Monday, December 14, 2009

Tips for Commercial Property Landlords

If you are the owner of a commercial property and have chosen to handle the property management duties yourself, there are a few things that you MUST do--And if you have chosen to hire a professional property management company to handle the tenant and property responsibilities, than the list below is important for you when interviewing potential companies!

1. Screen potential tenants.
Before renting to any business, check credit history, references, and the background of the person or company renting the space. This may seem like a tiresome process, but it will save a ton of frustration later by eliminating those least likely to pay, pay on time, and keep the space in the best condition possible.

2. Get it in writing.
Always put the entirety of the rental agreement in writing -- including when and how you will collect rent, handle tenant complaints and how to report repair problem. Make sure to include what kind of notice you must give to enter a tenant's space, and how the agreement can be terminated--on both sides.

3. Manage security deposits properly.
Develop a system for collecting, holding, and returning security deposits. Create an inspection document that states the condition of the rental unit before the tenant moves in--including pictures if possible, to avoid disputes over security deposits when the tenant moves out. Be very specific, and return the deposit when the unit is vacated properly.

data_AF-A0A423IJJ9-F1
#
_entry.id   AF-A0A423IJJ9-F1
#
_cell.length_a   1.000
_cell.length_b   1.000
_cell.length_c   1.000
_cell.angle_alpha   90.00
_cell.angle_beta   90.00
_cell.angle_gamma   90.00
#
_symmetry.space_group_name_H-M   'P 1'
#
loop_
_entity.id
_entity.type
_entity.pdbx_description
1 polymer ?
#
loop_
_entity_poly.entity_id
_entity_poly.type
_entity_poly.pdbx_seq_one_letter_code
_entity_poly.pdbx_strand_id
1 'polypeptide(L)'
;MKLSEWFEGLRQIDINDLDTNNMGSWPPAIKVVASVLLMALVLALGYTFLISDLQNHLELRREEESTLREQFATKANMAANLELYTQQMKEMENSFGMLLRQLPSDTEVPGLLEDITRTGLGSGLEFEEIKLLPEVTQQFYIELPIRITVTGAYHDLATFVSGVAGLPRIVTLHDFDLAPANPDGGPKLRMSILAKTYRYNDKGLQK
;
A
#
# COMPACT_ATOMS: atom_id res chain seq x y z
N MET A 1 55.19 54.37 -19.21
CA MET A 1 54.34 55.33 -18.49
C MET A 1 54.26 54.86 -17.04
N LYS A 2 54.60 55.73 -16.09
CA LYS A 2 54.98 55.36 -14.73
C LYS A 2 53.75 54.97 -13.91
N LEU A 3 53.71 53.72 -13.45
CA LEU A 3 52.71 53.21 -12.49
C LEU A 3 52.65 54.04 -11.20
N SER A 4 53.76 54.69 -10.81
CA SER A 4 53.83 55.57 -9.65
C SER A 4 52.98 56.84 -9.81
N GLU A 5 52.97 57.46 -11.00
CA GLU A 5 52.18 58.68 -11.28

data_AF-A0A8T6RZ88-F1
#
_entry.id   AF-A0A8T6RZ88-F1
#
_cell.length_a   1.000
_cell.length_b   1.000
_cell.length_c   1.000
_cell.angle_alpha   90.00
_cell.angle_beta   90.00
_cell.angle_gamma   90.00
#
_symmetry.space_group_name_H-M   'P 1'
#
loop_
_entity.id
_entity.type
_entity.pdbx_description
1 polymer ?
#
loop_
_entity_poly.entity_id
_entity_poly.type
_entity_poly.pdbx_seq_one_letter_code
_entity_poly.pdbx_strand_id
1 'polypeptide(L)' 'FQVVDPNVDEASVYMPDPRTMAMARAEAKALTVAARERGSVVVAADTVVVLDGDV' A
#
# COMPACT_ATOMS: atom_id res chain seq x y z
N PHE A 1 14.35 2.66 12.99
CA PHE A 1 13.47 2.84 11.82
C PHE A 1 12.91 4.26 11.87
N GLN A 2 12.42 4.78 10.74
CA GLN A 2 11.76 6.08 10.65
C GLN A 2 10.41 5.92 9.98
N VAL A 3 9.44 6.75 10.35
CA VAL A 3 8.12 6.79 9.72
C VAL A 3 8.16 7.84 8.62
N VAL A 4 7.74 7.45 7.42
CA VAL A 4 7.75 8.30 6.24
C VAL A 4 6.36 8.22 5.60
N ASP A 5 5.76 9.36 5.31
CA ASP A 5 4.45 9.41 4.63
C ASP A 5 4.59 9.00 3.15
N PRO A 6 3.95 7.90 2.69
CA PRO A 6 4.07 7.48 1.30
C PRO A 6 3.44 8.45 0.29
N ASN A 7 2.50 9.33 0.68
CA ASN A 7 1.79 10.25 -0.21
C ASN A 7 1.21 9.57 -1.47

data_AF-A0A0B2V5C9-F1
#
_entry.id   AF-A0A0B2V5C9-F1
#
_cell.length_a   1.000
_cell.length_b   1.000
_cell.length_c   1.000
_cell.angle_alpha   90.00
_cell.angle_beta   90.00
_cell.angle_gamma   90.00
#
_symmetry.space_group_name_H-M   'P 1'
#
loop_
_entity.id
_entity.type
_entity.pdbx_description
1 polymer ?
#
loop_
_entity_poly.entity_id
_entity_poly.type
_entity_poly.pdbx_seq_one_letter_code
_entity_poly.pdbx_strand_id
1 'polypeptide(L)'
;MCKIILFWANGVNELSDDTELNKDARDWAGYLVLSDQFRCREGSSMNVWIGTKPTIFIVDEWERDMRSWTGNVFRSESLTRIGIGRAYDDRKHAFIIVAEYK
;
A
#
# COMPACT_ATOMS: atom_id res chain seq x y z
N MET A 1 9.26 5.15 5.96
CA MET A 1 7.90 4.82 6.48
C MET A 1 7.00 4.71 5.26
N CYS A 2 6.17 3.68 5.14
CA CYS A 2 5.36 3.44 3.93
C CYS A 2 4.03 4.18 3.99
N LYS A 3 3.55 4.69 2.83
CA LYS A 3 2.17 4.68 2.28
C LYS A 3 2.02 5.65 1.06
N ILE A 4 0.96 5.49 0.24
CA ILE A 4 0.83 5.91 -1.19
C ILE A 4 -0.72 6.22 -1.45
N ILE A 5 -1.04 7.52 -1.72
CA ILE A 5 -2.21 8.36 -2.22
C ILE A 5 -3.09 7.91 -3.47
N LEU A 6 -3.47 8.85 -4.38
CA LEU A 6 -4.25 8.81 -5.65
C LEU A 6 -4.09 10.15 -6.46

4. Make repairs quickly and professionally.
The fastest way to upset your tenants is to be lazy in the maintenance and repair needs of the property. If the property is not kept in good repair, you'll alienate good tenants, and you could potentially be violating the rental agreement.

5. Keep the property safe.
Take the safety and security of the property seriously. Keep landscaping neat and tidy, install and test regularly the smoke detectors and fire extinguishers. Make sure doors and windows close properly and lock and that the property and building steps and walkways are clear of debris and kept in good condition.

6. Provide notice before entering.
When possible, notify your tenants whenever you plan to enter their rental unit. Respect their privacy and their feeling of security by giving as much notice as possible.

7. Disclose environmental hazards.
If your building or the property has a known environmental hazard such as mold, it is your responsibility to disclose the issue. Landlords are increasingly being held liable for tenant health problems resulting from exposure to environmental toxins in the rental premises--so disclose the issue and take the necessary steps to resolve it.

8. Protect yourself with insurance.
Make sure to obtain enough liability and property insurance. Proper insurance will protect you from lawsuits filed by tenants, or visitors for injuries, losses, and other unforeseen problems.

9. Resolve disputes.
As the property manager, it is your job to resolve disputes with your tenants (or amongst them) quickly and professionally--hopefully without lawyers and lawsuits. If you have a conflict with a tenant over rent, repairs, noise, or some other issue that isn't one that merits immediate eviction, you should meet with the tenant to see if the problem can be resolved informally. Third party mediation is also an option to consider in some locations.
There are many things that a property manager handles daily--and it is never the same twice!
If you are interested in more information on property management in Charlotte, call Kuester Property Management at 704.973.9019.

1 comment:

  1. I have a small piece of land and getting so many offers of renting it but I am scared to do so. I have so many incidents about the problems that people faces. After reading your post I got so many points that will help to avoid those disputes. Thanks.


Thank you for your comment. We will review it as soon as possible. If you would like to speak with someone at Kuester immediately, please call us at 803.802.0004.